And history tells us that success and achievement is closely correlated with action.

It's rarely about - 

  • How much you know,
  • How big your network,
  • How big a game you are able to talk,
  • How perfect your LinkedIn profile,
  • How creative you are,
  • How loud your voice,
  • How skilled you are right now, or
  • How stylish you are, or even
  • How confident you feel.
proactivity_action_for_women_in_Leadership_Amanda_Blesing

It's what you do with all those things that truly counts.

With the rise in information freely available, the rapid pace of change, constant drains on our attention via digital platforms, reduced downtime and the increase of ambiguous environments in which we operate - experts and researcher estimate that the cost of inertia is increasing in both personal and business. 

Your proclivity for proactivity is what will make you more successful in the long run. 


So what action will you take this week towards Stepping Up, Speaking Out and Taking Charge?  

Then just do it. 


Then eat, sleep, do it again and repeat the next day until you achieve what ever it is you have set out to achieve.

You can think about climbing your mountain. You can read about it, talk to experts about it and even watch videos about climbing mountains. But until you go tackle your mountain, it's only supposition.

As the first female aviator to fly solo across the Atlantic Ocean, Amelia Earhart, famously said 

The most difficult thing is the decision to act. The rest is merely tenacity

Feminine leadership superpowers + action = priceless

Mentoring with Amanda Blesing.jpg

 

 

Feel like your leadership journey has stalled? Email ablesing@amandablesing.com to set up a 30 min one on one to learn more. Helping clients shift from feeling invisible to becoming invincible in just 12 months

How executive women can future proof their leadership goals and aspirations

The summer holidays act as a catalyst for many people to re-evaluate. You take time off. Your brain is less stressed and busy and all of a sudden you get back in touch with what's really important.  You may begin to acknowledge that you are bored at work, simply going through the motions waiting for the right time to make your move. Or maybe you are weary of the politics and the down time causes you to draw a line in the sand.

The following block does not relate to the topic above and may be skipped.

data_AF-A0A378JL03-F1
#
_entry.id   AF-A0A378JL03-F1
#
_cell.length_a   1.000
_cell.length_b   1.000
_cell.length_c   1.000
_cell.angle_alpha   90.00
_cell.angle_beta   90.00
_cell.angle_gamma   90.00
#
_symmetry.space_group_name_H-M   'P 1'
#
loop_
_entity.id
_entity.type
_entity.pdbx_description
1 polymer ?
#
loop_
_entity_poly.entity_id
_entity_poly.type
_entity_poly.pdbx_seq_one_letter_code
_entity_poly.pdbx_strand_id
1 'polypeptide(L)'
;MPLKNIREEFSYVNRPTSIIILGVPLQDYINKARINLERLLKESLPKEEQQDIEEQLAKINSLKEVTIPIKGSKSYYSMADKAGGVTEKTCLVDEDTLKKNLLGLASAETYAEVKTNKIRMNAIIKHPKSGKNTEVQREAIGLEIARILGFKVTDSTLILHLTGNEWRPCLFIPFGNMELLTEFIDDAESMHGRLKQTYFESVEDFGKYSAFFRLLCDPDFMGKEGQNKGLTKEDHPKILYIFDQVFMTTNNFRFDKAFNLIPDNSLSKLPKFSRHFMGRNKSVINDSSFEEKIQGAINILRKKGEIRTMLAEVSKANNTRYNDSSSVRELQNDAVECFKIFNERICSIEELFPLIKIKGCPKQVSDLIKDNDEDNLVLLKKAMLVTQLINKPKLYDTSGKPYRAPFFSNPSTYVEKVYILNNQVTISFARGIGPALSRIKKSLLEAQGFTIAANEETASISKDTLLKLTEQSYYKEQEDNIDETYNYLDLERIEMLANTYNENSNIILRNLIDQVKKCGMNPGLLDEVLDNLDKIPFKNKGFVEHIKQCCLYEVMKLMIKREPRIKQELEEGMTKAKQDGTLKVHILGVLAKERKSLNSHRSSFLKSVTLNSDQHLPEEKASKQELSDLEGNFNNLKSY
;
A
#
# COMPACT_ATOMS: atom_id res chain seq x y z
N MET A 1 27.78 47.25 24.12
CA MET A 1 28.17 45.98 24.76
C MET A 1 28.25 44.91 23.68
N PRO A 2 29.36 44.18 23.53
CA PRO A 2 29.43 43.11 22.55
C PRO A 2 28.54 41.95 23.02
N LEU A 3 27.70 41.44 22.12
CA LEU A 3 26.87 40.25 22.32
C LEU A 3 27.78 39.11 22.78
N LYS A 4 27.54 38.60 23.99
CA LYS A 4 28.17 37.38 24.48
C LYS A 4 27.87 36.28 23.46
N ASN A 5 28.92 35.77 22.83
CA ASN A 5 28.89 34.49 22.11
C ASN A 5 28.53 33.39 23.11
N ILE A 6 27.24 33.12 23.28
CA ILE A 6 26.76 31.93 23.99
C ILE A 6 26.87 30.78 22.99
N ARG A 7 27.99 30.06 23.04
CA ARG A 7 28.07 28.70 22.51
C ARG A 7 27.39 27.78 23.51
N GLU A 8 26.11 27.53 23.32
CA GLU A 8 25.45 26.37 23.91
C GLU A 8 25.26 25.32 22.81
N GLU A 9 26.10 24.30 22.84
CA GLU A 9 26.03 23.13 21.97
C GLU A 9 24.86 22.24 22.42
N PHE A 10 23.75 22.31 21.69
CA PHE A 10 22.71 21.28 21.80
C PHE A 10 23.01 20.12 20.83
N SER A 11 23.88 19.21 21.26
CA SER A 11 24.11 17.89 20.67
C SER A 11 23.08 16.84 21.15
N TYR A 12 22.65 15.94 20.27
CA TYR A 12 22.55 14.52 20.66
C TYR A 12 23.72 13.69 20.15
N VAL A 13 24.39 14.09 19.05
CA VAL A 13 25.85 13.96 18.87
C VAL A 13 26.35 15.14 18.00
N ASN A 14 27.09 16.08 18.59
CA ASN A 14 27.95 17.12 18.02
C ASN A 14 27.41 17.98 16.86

Great! Bring it on. These insights may be gradual to emerge but you get to do something about it and feel in charge of your own destiny - again. These are critical turning points and well worth taking advantage of.

Rapid response

But what happens when this critical turning point is rapid and you need to respond immediately?  You're not even looking and all of a sudden you need to put your best foot forward. The situation is beyond your control, you really want to capitalise BUT the thought of doing all this work right now, is almost overwhelming and could become an excuse for failure. 

These situations are not that unusual and even in the last few weeks (yes over Xmas) I've heard about the following:
1. The CEO or Head of Dept steps down in a rush ... and you're interested in the role
2. A recruiter rings you out of the blue with a role that's urgently in need of someone just like you  ... interstate
3. Your ideal dream role comes up via your LinkedIn feed and you didn't know you were in the market
4. Your #1 staff member leaves to go to a great role that's paying more than you are currently on
5. Redundancy/redeployment discussions

You always have a choice

So how do you respond? You decide:

  • You can do nothing - be passive, play a waiting game, panic and throw an itty bitty pity party for one, or
  • You can take advantage of the situation rapidly and effectively with confidence and purpose and re-engineer your situation to your advantage.

Why is this important for executive women?

Research shows that women are far more likely to:

  • downplay their achievements
  • underestimate their value and future performance and
  • second guess themselves when it comes to making big decisions and taking action

Worse, we are far more likely to behave this way when operating on the fly, caught out and feeling ill prepared.

On the flip side, critical moments in any situation require you to remain calm and in control in the face of uncertainty. They require a clear headed, confident and strategic response.

Don't be caught unprepared

The Smart 'n Savvy Executive Woman isn't caught out. She is prepared. She has her executive level tool kit ready to go and can clearly articulate her value, expertise and contribution in any situation.  She is confident, strategic and perfectly poised .... to take advantage of any career defining moment and leverage the situation to her advantage.

Because this is about future proofing your leadership aspirations. It's the difference between fear and opportunity, perception and reality ....

Comparison passive versus proactive career strategy


With a combination of attitude, preparation and grit, you'll be in a position to springboard up and out into something meaningful and better, instead of same or sideways.

Cllck to Download - 11 Point Smart 'n Savvy Executive Toolkit Checklist

Cllck to Download - 11 Point Smart 'n Savvy Executive Toolkit Checklist

 

Would love to hear from you.  Drop me an email and get in contact.  

 

 

 

Vive la révolution! #ambitionrevolution #LookOutCSuiteHereSheComes #feminineambition

#success #career #visibility #standout #leadership#executivewomen #careerfutureproofing

 

Feel like your leadership journey has stalled? Email ablesing@amandablesing.com to set up a 30 min one on one to learn more. Helping clients shift from feeling invisible to becoming invincible in just 12 months